Keivan Kashefi pointed to a package of measures Iran wants Europe to unveil to offset US exit from the nuclear agreement and said that the package should clarify how it can help Iran achieve its goals.
"The package should include guaranteed purchase of Iranian oil, the continuation of ties between Iran's private sector and small- and medium-sized European firms as well as educational and consulting services," he told the news outlet of the ICCIMA.
The official said Iran can more seriously consider joining the Financial Action Task Force (FATF) if the EU ensures that Tehran will be able to facilitate interactions with European banks.
After pulling out of the 2015 nuclear deal known as the Joint Comprehensive Plan of Action (JCPOA), the United States has told countries to cut all imports of Iranian oil from November.
President Donald Trump withdrew his country from the accord on Mary 8. Following his decision, the US administration announced fresh round of sanctions against Tehran.
European powers have vowed to keep the JCPOA alive without the US by trying to maintain the flow of Iran's oil and investment. They, however, have acknowledged that US sanctions would make it difficult to give Iran guarantees.
Iran has also been trying to implement standards set by the FATF, a global group of government anti-money-laundering (AML) and counter financing of terrorism regimes (CFT), in the hope it will be removed from a blacklist that makes some foreign investors reluctant to deal with it.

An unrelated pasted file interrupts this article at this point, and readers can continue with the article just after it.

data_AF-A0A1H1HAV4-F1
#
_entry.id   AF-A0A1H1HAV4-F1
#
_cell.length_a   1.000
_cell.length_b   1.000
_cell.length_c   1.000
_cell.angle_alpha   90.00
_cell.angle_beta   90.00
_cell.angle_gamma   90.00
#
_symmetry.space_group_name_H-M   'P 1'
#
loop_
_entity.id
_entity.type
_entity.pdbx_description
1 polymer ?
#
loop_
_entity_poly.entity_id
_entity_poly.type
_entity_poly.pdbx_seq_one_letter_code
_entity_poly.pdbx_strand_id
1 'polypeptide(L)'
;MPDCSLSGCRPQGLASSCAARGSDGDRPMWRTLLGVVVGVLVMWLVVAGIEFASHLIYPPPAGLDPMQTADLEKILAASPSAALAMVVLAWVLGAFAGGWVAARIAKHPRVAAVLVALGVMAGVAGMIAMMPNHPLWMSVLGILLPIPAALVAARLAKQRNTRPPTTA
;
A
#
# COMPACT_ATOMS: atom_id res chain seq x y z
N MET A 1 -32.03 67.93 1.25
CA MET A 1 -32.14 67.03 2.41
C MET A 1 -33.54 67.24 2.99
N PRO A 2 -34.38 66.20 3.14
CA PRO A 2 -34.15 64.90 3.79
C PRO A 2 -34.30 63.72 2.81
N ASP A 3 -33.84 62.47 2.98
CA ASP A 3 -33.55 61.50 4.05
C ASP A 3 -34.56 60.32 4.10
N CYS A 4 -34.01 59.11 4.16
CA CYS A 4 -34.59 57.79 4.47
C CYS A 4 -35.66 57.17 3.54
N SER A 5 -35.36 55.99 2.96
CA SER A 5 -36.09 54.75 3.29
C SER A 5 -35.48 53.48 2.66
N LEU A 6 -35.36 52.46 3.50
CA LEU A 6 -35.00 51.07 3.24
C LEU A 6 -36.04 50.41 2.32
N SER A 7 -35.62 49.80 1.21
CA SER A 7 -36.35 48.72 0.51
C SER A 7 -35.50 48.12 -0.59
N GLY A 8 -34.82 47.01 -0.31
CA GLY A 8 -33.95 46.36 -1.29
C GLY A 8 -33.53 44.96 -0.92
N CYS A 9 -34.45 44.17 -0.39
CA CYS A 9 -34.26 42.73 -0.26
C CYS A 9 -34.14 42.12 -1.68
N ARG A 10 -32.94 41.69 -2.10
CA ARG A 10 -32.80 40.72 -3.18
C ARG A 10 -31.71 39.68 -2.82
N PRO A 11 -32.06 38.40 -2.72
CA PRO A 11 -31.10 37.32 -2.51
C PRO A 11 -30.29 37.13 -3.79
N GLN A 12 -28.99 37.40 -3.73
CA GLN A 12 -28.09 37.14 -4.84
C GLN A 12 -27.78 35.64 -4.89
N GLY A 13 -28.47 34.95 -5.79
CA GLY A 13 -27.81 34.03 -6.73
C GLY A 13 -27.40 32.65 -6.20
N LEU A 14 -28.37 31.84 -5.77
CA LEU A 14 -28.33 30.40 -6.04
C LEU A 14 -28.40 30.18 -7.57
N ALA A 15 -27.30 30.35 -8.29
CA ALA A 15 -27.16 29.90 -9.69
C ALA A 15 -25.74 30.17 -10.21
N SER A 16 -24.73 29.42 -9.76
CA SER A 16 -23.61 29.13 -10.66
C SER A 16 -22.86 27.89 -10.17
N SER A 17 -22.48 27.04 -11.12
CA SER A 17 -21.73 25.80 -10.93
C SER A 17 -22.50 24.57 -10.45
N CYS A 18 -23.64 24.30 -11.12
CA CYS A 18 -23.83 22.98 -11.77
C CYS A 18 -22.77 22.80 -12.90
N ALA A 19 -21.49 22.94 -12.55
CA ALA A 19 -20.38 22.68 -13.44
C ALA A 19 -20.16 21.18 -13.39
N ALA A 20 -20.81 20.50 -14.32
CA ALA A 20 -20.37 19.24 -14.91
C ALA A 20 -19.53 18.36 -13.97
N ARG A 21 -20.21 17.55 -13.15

The Paris-based body faces US opposition to remove Iran from its economic blacklist despite the steps that Tehran has taken to enact legislation barring terrorist financing and money laundering.
Last week, FATF said Iran had until October to complete reforms that would bring it into line with global norms or face consequences.
Iran has been on the FATF's 'blacklist' since 2008. But it has extended a waiver for punitive measures against Iran over the past two years. The intergovernmental organization, however, refused to remove the country from its blacklist.
Kashefi said unless Europe provides Tehran with guarantees to have access to its banks, Iran's membership to the FATF would be futile.
Iran's accession to the organization has sparked a heated debate in the country, with proponents of the FATF facing strong opposition from those who believe membership in the group only makes the country vulnerable to outside meddling.